Tottenham’s showing at Turf Moor was fairly insipid yesterday and the internet has been chuntering away ever since.
Up until a month ago, the atmosphere surrounding White Hart Lane was very laissez faire and it was readily accepted that, whilst imperfect, Spurs’ 2014/15 had been about as enjoyable as an experimental season can ever be. Four points from Arsenal, Chelsea battered at White Hart Lane, a cup final and too much last-minute drama to recall…it’s been fun.
Yes, some of the recent performances have been underwhelming, but that doesn’t demand the abandonment of context.
The Champions League isn’t in-play and it never really has been. Maybe, in a fit of optimism, some supporters convinced themselves otherwise, but the top-four is a future objective rather than a current imperative. The win/loss record over the next seven games isn’t actually particularly relevant, but the lessons learnt from those fixtures could be very pertinent.
Europa League football has already been secured so, whilst league placing remains important, those remaining games are not quite as crucial as they might have been. They’re there to be won, certainly, but the time to fret over performances and sulk over team-selections has been and gone.
Instead, think about what happens next.
Come the Summer, there are clearly some personnel decisions which need to be made. The value in this campaign has clearly been in the emergence of the homegrown trio - Nabil Bentaleb, Harry Kane and Ryan Mason - but although those players have shown themselves to be capable of being regular Premier League starters, the squad as a whole is still in flux.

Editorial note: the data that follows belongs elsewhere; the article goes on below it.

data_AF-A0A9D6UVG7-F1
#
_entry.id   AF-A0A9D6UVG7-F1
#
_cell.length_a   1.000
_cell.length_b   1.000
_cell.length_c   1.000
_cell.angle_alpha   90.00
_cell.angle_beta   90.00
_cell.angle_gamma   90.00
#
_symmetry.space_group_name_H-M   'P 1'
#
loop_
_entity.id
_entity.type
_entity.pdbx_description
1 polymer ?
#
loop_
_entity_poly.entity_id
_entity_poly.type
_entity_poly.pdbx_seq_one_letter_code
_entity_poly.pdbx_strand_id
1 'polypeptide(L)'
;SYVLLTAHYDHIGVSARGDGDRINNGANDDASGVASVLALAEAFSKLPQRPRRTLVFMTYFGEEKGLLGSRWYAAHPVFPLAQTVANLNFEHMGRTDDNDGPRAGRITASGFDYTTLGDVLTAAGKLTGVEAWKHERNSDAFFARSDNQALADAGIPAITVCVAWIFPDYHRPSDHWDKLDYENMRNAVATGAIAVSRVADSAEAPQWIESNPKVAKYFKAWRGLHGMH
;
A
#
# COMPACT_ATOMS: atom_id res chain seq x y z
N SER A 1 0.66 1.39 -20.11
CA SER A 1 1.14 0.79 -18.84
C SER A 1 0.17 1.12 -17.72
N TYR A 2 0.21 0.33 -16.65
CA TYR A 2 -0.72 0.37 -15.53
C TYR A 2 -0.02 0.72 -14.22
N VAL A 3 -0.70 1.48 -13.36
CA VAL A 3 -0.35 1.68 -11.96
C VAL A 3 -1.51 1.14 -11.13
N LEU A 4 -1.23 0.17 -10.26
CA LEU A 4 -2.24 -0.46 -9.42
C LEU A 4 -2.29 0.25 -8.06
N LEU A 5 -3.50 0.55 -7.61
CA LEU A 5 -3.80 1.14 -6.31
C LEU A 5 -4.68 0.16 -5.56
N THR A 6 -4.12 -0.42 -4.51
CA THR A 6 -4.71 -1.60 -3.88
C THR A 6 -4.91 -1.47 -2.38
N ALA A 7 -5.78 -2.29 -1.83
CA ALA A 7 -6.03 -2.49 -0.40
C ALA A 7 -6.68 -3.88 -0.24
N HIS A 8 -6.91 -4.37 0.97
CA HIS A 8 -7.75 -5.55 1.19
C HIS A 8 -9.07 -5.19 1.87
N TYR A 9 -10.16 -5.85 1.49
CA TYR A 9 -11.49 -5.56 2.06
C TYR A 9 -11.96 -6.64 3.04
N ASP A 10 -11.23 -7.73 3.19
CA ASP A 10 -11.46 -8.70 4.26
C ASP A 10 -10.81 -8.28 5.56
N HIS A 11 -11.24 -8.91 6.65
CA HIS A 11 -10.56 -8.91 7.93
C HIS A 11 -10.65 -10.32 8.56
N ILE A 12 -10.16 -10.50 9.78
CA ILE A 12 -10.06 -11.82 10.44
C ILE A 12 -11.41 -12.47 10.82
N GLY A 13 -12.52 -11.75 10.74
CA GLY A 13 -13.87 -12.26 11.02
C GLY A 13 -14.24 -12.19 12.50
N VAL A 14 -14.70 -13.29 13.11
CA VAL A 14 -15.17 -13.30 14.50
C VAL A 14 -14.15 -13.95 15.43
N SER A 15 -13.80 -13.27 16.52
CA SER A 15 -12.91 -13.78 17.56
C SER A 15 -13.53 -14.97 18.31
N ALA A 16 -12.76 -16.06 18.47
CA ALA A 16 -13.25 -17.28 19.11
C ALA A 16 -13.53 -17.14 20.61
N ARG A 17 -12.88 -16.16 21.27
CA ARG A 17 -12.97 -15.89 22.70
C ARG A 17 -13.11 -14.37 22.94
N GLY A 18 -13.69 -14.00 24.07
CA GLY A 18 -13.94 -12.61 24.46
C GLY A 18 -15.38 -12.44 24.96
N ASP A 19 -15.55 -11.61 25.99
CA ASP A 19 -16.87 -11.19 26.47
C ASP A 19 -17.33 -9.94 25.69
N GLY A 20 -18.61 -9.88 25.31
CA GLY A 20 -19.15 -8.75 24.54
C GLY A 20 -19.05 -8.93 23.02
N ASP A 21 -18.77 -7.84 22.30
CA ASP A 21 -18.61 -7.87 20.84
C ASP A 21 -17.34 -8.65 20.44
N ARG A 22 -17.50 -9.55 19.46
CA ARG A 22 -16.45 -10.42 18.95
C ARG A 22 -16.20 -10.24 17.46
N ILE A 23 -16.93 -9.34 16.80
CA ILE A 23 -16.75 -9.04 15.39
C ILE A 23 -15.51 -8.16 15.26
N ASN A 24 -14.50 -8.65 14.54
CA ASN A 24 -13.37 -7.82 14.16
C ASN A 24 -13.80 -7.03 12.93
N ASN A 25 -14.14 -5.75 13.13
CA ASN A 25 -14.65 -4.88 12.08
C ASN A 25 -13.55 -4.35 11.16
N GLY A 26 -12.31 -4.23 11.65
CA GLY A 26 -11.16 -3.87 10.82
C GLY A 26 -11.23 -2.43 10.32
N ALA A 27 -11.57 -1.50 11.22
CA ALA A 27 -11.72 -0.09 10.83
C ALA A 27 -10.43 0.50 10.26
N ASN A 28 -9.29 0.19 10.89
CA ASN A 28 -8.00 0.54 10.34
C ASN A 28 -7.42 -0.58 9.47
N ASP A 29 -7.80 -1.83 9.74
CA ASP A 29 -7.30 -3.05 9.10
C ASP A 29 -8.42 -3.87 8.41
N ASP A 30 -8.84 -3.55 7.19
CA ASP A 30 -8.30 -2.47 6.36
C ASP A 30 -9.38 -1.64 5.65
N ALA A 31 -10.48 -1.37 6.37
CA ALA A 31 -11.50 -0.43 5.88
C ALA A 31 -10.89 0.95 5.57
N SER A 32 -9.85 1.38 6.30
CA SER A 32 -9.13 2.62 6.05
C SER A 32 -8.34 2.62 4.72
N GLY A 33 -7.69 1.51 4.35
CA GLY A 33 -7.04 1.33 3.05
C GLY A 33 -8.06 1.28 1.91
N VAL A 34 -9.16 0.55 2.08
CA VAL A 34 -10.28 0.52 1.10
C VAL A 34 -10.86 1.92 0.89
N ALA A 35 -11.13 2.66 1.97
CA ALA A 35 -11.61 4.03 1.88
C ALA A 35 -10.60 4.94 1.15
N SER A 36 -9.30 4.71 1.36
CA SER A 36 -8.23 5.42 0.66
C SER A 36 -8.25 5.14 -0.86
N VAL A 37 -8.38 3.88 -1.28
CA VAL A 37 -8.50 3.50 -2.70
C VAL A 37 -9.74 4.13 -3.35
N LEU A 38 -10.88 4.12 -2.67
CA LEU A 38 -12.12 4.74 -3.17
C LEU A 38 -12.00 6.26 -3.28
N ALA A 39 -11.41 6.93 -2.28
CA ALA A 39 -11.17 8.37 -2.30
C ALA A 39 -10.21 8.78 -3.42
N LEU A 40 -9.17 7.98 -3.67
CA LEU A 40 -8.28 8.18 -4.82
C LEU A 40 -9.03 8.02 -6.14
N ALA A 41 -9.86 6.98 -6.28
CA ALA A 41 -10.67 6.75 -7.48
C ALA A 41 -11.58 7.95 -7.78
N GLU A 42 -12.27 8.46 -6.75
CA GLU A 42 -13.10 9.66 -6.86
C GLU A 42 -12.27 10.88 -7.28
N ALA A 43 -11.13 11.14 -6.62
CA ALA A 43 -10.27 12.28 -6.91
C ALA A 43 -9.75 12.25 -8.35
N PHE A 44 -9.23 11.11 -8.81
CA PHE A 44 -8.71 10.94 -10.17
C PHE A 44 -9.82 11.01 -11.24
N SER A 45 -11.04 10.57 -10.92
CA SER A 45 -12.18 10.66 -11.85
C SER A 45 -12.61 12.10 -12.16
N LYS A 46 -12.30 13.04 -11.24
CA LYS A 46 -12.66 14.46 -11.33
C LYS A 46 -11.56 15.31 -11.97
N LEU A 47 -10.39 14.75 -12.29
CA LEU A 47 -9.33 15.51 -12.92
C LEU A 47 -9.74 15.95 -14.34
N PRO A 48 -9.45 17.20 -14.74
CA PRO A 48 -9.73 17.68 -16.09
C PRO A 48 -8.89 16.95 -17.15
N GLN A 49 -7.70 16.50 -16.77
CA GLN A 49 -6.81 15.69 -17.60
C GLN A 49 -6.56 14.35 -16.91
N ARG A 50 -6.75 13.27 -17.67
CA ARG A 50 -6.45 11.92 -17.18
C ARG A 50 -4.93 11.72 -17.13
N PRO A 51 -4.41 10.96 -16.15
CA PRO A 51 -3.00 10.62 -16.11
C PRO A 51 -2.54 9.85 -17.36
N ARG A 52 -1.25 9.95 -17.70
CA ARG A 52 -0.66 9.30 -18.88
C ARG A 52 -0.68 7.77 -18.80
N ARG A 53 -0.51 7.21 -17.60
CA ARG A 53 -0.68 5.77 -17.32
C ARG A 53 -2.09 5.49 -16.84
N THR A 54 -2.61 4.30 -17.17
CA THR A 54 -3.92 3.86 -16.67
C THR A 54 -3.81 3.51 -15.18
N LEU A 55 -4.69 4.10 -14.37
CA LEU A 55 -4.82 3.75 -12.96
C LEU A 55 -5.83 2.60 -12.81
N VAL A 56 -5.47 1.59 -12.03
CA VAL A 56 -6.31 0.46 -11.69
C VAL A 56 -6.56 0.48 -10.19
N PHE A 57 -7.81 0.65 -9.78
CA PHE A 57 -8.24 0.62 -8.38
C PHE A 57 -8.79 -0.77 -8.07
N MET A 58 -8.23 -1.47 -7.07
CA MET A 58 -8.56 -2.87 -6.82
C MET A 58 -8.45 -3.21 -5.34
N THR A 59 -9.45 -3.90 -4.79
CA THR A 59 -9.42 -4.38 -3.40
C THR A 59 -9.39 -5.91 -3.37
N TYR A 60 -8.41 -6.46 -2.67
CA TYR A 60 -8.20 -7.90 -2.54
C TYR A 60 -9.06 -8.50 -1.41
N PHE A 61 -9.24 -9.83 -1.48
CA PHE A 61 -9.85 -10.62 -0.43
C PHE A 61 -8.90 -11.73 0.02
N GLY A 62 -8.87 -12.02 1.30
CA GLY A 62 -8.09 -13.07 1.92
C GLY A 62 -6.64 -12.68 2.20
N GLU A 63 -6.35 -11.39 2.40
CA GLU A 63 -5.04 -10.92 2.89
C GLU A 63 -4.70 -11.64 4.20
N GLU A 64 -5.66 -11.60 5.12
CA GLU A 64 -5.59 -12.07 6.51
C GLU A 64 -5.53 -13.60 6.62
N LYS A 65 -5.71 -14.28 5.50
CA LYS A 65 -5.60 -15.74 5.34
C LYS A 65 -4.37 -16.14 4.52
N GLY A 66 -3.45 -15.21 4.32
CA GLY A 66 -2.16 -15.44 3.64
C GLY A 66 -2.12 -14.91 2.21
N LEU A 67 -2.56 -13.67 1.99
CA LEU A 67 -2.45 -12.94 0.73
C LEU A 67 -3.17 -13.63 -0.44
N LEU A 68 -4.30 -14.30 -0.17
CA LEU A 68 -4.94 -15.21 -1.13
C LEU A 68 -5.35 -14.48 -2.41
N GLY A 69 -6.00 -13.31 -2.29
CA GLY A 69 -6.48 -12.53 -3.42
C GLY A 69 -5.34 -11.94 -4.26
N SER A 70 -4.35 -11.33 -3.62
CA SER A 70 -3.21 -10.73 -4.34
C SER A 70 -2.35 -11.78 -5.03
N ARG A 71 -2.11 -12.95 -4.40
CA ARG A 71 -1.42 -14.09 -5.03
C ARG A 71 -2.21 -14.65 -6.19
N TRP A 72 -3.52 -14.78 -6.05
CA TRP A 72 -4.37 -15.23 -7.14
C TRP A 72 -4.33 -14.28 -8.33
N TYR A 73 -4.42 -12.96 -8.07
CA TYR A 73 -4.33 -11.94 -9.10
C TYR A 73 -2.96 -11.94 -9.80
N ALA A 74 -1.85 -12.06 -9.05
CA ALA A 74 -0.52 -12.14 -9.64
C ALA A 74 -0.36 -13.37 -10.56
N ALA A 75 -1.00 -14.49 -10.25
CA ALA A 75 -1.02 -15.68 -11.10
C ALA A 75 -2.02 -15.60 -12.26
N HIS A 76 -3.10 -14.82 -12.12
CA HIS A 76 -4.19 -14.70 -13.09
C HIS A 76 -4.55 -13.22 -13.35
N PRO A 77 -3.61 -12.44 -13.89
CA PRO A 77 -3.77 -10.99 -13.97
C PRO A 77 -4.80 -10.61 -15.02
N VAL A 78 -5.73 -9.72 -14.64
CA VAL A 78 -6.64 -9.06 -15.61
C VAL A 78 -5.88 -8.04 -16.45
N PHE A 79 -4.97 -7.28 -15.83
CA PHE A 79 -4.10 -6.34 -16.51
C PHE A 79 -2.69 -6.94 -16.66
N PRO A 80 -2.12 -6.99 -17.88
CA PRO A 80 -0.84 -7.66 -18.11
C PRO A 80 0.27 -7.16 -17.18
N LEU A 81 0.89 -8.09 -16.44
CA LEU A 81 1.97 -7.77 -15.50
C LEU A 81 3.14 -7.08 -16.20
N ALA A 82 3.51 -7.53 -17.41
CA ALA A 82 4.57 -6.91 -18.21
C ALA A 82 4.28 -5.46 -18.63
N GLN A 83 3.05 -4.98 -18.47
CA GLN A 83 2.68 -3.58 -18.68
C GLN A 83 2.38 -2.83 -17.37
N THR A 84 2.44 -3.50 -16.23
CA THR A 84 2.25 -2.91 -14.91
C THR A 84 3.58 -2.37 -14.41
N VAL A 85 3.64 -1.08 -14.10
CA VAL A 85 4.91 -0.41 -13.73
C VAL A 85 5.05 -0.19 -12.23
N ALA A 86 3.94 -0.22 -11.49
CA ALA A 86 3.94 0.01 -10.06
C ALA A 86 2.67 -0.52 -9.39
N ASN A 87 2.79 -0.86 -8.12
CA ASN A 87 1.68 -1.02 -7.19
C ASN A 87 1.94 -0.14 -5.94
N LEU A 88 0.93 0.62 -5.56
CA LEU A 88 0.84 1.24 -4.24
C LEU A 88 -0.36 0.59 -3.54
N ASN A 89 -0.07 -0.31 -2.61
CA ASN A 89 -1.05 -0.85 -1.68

When the season ends, there will be an influx of new players. Paul Mitchell was brought to North London to alter the club’s recruitment model and June and July will provide the first visible signs of his impact.
If that process is to be a success, both this Summer and in future transfer-windows, important decisions need to be made about the composition of the first-team; which players are assets, which ones can be moved on to help finance the new direction.
Between now and the middle of May, Mauricio Pochettino needs to be given some leeway. The inclusion of a Paulinho or a Vlad Chiriches, for example, is actually quite reasonable. These are under-utilised fringe players who, whether by playing or by being sold, have a value to the club and about whom a decision has to be made sooner rather than later.
At a guess, that’s probably why they were named in the first-eleven on Sunday - and why they, and others, will be seen more regularly across the remaining games. Tottenham aren’t quite in a ‘nothing to play for’ situation, but the season is petering out and this is the opportune moment for last chances.
It’s easy to dismiss Paulinho, but the reality is that - if sold tomorrow - the club would suffer a substantial loss on their initial investment. Largely awful though he may have been, a player doesn’t win 32 caps for Brazil with the kind of performances he’s produced in England, so it’s reasonable to assume that there is some latent talent there.
Maybe his confidence is shattered beyond repair? Maybe his poor form is a symptom of cumulative fatigue? Or maybe Tottenham still haven’t quite worked out how to use him?
Different explanations, varying degrees of plausibility.
Who knows - but while there’s still time and the opportunity still exists, it’s worth persevering for the sake of being sure.
These last few weeks provide the opportunity to work through these kind of problems and, as such, they have to be treated almost in isolation. There will be plenty of Paulinho, probably also more Chiriches and, maybe, a little bit of Stambouli, Soldado and Dembele, too.
Tolerate it; it’s for the greater good.
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